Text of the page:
By Rebecca Jim. Reposted from Miami News Record.
A year ago I stood on the edge of land that looked out over what was once the Yankton Sioux Reservation in South Dakota, I know that was where we were, because it was listed as such on the South Dakota map in my old atlas. But years had passed since it was printed, and the land is no longer a reservation but listed as Diminished lands since so much of their lands had passed to non-Indian ownership. I had gone to join others in a gathering called Protecting the Sacred that focused on the impact the Keystone XL Pipeline could have on the land, water and communities while in construction. Domestic Violence programs from North Dakota spoke clearly about what could come to South Dakota since they were already living with the changes oil and gas exploration had caused there.
After the meeting my college classmate Faith Spotted Eagle had shown me where the horses had been murdered the week before. Murdered? Yes, they had been slashed so all five would die slowly. One made it home and the owner found it as it was dying, leaving her shocked and devastated. The crime was investigated and there was a decision today. The killer’s lawyer entered a no contest plea, the judge ruled guilty of a misdemeanor and gave him two thirty day concurrent sentences that were suspended. He did no time and was not fined for killing the Indian woman’s horses. But there will be a civil suit filed and he still may face some monetary loss. Justice comes slowly in some places in America.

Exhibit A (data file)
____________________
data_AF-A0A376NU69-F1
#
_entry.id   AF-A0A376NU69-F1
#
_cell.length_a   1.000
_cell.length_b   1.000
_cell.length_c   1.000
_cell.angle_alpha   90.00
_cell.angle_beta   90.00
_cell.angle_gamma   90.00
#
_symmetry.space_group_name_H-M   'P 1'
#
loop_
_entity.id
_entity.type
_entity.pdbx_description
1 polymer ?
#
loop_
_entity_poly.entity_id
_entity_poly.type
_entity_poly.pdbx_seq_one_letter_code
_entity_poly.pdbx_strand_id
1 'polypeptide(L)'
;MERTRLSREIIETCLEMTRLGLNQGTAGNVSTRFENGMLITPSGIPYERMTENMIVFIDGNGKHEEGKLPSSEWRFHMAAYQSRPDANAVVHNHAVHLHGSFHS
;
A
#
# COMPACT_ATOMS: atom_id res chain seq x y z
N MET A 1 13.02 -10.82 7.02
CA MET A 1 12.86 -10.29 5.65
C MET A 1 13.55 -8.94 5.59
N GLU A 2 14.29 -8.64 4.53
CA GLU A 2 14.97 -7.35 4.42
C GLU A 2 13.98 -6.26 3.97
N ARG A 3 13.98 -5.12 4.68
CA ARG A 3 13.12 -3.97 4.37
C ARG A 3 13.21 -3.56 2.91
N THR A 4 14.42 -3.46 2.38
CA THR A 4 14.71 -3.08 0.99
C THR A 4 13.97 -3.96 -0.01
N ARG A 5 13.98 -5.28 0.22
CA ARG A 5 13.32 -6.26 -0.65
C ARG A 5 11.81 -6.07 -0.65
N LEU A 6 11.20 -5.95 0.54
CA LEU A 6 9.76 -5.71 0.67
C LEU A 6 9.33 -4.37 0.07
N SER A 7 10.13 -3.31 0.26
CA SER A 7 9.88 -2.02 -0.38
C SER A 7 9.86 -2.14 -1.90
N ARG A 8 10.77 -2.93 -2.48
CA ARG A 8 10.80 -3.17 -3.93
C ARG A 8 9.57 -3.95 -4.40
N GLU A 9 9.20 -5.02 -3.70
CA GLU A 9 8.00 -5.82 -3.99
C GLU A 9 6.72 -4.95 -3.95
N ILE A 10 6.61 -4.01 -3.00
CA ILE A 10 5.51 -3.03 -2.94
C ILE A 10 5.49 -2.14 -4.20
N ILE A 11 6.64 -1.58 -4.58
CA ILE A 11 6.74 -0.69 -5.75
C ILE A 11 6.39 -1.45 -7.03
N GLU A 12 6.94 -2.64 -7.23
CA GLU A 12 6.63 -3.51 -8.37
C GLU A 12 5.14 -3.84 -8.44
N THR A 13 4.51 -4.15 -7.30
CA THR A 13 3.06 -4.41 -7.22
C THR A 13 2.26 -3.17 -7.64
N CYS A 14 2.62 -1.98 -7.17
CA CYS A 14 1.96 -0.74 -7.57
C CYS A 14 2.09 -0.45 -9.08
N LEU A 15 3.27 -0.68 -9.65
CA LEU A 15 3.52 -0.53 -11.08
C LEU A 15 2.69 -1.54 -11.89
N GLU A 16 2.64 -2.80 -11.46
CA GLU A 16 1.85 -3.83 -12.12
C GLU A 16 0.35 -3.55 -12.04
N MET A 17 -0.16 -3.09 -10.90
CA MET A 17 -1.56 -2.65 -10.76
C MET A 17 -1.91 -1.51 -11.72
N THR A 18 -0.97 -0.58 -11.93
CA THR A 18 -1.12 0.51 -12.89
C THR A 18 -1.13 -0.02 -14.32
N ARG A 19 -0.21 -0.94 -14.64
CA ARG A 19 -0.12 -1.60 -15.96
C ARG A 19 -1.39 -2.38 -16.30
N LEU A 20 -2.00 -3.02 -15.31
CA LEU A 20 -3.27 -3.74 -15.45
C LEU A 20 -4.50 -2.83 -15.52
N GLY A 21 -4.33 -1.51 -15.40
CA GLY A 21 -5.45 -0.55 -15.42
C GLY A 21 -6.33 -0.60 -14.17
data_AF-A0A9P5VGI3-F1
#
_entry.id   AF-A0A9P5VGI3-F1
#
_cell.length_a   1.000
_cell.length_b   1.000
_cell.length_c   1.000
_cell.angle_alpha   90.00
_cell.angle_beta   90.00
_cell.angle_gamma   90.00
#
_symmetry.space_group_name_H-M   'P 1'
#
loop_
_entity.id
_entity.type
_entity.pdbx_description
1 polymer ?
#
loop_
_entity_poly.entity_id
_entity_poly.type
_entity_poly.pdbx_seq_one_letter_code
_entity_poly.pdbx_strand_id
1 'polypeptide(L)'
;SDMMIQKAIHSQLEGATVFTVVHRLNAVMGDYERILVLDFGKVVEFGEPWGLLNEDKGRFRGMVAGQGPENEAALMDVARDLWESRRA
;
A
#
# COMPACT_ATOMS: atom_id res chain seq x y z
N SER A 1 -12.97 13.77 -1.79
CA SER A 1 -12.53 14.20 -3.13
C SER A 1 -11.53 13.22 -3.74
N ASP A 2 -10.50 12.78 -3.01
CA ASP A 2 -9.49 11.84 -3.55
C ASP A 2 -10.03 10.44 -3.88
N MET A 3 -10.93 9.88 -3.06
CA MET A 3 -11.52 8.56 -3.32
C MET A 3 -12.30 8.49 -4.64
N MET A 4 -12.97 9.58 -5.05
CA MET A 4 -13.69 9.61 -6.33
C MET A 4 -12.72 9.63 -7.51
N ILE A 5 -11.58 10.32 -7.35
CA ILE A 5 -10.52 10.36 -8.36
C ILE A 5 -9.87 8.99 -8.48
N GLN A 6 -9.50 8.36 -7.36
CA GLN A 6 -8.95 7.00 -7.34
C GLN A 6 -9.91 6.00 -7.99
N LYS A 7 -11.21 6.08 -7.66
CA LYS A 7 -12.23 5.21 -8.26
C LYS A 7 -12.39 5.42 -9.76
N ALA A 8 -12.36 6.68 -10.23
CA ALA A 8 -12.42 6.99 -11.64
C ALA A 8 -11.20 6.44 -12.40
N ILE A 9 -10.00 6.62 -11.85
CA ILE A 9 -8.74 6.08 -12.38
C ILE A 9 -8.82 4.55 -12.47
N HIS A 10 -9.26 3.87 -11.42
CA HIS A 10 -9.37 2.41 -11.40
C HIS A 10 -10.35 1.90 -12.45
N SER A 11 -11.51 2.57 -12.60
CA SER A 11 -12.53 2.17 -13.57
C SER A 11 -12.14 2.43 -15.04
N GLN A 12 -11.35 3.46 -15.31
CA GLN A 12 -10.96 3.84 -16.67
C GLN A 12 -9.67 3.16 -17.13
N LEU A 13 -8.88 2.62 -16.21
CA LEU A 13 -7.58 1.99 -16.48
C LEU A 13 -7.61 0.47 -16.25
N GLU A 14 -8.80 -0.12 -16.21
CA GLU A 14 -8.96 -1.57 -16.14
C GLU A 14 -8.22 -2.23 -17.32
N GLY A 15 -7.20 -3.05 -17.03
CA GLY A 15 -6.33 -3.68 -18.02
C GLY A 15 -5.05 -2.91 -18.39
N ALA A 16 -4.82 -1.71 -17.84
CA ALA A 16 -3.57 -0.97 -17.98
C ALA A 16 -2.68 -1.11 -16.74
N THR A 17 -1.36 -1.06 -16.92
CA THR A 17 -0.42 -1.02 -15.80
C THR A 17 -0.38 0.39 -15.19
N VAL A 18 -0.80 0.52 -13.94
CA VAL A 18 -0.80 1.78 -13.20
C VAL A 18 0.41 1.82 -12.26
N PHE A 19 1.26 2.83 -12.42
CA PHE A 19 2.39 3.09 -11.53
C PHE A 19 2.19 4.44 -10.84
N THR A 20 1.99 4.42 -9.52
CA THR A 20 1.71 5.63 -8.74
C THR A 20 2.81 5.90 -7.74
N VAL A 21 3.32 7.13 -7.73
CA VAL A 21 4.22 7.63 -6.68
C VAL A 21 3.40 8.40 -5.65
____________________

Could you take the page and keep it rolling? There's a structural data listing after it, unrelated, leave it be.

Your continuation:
This week LEAD Agency partnered with the Quapaw Tribe Domestic Violence Program to bring the Monument Quilt to Oklahoma. Survivors were able to speak and were accepted for their strength and resilience. There is no shame for those who have been raped or abused, the shame is on the abuser, the rapist. The Monument Quilt is an effort by FORCE, an organization co-founded by Rebecca Nagle a Joplin native and a Cherokee woman to change the culture of rape and abuse in society.
“Indian Girls, oh Indian Girls, oh how I love those Indian Girls” is a verse out of what is called a 49 song. That verse is what I want to put on the quilt I completed for all our Indian girls who once had been victims and have learned to be survivors with the support from friends and relatives and domestic violence programs. Not all survive their abuse, but their loved ones can, and as they survive their grief, they remember with love and wonder about justice in America and how extremely rare it sometimes can be.